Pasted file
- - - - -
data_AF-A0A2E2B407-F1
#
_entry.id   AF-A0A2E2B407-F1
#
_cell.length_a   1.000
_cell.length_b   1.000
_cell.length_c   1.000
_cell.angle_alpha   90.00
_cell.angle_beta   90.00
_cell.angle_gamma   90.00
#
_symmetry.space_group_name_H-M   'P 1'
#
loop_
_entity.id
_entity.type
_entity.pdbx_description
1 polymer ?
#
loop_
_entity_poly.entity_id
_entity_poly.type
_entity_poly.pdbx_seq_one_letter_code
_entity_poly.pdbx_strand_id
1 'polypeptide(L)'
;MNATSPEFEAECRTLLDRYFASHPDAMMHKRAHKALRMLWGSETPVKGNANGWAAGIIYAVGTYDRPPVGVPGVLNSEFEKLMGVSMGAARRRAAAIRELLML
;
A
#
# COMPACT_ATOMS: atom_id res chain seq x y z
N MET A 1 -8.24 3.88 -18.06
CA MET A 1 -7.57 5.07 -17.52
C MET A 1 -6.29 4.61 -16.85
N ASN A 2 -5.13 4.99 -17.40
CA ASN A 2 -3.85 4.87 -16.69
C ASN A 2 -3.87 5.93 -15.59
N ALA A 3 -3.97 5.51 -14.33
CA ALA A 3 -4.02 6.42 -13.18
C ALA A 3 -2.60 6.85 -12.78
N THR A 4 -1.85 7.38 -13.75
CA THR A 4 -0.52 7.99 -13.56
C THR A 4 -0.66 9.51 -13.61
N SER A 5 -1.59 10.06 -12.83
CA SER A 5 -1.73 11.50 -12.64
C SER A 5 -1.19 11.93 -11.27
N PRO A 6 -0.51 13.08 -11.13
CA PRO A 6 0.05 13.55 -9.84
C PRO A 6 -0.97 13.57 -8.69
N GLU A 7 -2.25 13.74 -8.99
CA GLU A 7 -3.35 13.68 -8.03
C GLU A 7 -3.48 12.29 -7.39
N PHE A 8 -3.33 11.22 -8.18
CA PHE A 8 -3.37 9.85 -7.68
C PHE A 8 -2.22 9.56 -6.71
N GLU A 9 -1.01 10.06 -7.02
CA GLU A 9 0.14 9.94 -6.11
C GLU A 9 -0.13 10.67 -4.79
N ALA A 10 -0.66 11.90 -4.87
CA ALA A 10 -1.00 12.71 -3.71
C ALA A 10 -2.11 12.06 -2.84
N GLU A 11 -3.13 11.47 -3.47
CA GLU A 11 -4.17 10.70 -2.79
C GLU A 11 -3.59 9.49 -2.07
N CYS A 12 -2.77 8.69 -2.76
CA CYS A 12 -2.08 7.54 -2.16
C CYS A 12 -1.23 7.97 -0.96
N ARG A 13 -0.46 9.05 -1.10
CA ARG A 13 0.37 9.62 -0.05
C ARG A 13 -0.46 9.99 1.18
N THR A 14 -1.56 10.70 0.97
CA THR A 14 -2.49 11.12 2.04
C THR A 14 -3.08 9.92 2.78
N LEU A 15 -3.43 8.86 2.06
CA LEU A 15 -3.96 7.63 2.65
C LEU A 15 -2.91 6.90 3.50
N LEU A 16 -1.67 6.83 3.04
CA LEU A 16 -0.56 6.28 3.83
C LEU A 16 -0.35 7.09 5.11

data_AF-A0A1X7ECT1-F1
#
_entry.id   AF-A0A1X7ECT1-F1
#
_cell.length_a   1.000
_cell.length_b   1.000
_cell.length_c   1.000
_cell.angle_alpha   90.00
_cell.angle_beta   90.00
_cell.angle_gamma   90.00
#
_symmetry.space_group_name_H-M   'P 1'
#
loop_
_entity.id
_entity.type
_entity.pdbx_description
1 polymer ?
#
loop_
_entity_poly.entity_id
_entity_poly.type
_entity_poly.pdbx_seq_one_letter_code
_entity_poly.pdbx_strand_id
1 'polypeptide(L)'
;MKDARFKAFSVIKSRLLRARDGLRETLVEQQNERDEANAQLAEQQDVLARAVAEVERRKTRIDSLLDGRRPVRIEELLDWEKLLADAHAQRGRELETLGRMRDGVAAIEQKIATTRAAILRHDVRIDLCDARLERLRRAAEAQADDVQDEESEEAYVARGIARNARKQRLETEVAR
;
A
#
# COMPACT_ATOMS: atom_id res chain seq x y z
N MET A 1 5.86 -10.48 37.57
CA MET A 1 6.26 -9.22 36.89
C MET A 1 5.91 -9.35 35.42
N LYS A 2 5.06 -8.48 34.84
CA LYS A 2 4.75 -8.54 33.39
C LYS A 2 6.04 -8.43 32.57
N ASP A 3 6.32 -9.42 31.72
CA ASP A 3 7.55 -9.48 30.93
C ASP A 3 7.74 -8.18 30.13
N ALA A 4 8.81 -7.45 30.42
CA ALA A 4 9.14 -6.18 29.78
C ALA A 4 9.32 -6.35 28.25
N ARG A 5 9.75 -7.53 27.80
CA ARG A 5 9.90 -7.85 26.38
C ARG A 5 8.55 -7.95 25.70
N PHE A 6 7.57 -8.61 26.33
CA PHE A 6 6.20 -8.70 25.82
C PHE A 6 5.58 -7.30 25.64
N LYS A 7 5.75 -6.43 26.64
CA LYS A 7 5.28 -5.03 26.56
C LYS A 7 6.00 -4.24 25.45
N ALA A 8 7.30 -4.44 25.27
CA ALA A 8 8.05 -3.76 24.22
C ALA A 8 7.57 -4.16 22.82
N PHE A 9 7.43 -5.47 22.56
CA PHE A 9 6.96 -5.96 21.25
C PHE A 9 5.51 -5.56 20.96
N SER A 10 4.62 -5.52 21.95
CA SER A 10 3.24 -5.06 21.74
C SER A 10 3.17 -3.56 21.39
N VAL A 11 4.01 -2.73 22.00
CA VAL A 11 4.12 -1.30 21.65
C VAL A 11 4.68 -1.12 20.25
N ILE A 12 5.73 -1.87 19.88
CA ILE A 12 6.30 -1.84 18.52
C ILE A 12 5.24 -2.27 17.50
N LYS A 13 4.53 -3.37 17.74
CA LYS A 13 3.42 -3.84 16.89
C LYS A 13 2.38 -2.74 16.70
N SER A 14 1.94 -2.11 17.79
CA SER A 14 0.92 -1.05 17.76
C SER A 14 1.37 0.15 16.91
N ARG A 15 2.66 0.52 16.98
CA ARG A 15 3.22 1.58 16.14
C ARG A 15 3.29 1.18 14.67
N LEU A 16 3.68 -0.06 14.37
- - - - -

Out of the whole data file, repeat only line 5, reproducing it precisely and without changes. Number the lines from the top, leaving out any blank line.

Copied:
_cell.length_a   1.000